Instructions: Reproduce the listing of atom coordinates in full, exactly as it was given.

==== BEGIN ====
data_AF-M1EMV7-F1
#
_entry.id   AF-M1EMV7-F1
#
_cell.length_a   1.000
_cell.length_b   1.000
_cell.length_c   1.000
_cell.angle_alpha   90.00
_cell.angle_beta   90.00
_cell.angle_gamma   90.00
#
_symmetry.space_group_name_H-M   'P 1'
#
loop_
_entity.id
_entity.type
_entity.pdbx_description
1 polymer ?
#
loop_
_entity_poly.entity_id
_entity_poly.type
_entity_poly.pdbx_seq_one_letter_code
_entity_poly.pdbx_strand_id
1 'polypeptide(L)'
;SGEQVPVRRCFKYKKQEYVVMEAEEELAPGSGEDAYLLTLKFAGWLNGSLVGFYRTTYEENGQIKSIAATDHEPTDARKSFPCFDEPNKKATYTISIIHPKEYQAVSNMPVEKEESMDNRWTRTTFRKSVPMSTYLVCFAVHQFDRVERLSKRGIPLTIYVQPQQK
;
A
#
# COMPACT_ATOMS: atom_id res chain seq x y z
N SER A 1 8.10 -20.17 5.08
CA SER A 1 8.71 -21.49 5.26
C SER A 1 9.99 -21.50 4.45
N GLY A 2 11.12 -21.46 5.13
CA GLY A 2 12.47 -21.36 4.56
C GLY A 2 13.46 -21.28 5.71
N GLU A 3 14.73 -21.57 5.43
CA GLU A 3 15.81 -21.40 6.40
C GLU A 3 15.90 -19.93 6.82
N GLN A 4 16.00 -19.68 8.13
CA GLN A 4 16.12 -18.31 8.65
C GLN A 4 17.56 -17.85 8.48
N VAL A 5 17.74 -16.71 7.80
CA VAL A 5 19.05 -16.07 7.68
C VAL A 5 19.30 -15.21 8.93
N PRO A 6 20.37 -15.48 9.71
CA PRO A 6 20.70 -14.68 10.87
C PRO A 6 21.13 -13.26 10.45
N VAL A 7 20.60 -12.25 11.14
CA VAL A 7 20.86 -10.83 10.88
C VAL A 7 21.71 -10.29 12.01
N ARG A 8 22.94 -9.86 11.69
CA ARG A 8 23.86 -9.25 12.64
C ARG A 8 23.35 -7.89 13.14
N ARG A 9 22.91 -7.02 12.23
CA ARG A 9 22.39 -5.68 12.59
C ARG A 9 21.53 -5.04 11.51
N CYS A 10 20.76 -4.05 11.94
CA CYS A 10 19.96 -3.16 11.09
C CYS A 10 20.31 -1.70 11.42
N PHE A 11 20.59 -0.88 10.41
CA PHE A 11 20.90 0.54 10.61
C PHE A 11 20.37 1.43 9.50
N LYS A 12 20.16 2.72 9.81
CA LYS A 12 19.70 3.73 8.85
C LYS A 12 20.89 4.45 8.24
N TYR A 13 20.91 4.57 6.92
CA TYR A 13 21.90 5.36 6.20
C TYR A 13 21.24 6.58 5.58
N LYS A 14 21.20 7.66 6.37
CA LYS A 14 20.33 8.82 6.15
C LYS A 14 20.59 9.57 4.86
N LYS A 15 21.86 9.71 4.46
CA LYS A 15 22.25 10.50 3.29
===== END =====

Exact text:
data_AF-M1EMV7-F1
#
_entry.id   AF-M1EMV7-F1
#
_cell.length_a   1.000
_cell.length_b   1.000
_cell.length_c   1.000
_cell.angle_alpha   90.00
_cell.angle_beta   90.00
_cell.angle_gamma   90.00
#
_symmetry.space_group_name_H-M   'P 1'
#
loop_
_entity.id
_entity.type
_entity.pdbx_description
1 polymer ?
#
loop_
_entity_poly.entity_id
_entity_poly.type
_entity_poly.pdbx_seq_one_letter_code
_entity_poly.pdbx_strand_id
1 'polypeptide(L)'
;SGEQVPVRRCFKYKKQEYVVMEAEEELAPGSGEDAYLLTLKFAGWLNGSLVGFYRTTYEENGQIKSIAATDHEPTDARKSFPCFDEPNKKATYTISIIHPKEYQAVSNMPVEKEESMDNRWTRTTFRKSVPMSTYLVCFAVHQFDRVERLSKRGIPLTIYVQPQQK
;
A
#
# COMPACT_ATOMS: atom_id res chain seq x y z
N SER A 1 8.10 -20.17 5.08
CA SER A 1 8.71 -21.49 5.26
C SER A 1 9.99 -21.50 4.45
N GLY A 2 11.12 -21.46 5.13
CA GLY A 2 12.47 -21.36 4.56
C GLY A 2 13.46 -21.28 5.71
N GLU A 3 14.73 -21.57 5.43
CA GLU A 3 15.81 -21.40 6.40
C GLU A 3 15.90 -19.93 6.82
N GLN A 4 16.00 -19.68 8.13
CA GLN A 4 16.12 -18.31 8.65
C GLN A 4 17.56 -17.85 8.48
N VAL A 5 17.74 -16.71 7.80
CA VAL A 5 19.05 -16.07 7.68
C VAL A 5 19.30 -15.21 8.93
N PRO A 6 20.37 -15.48 9.71
CA PRO A 6 20.70 -14.68 10.87
C PRO A 6 21.13 -13.26 10.45
N VAL A 7 20.60 -12.25 11.14
CA VAL A 7 20.86 -10.83 10.88
C VAL A 7 21.71 -10.29 12.01
N ARG A 8 22.94 -9.86 11.69
CA ARG A 8 23.86 -9.25 12.64
C ARG A 8 23.35 -7.89 13.14
N ARG A 9 22.91 -7.02 12.23
CA ARG A 9 22.39 -5.68 12.59
C ARG A 9 21.53 -5.04 11.51
N CYS A 10 20.76 -4.05 11.94
CA CYS A 10 19.96 -3.16 11.09
C CYS A 10 20.31 -1.70 11.42
N PHE A 11 20.59 -0.88 10.41
CA PHE A 11 20.90 0.54 10.61
C PHE A 11 20.37 1.43 9.50
N LYS A 12 20.16 2.72 9.81
CA LYS A 12 19.70 3.73 8.85
C LYS A 12 20.89 4.45 8.24
N TYR A 13 20.91 4.57 6.92
CA TYR A 13 21.90 5.36 6.20
C TYR A 13 21.24 6.58 5.58
N LYS A 14 21.20 7.66 6.37
CA LYS A 14 20.33 8.82 6.15
C LYS A 14 20.59 9.57 4.86
N LYS A 15 21.86 9.71 4.46
CA LYS A 15 22.25 10.50 3.29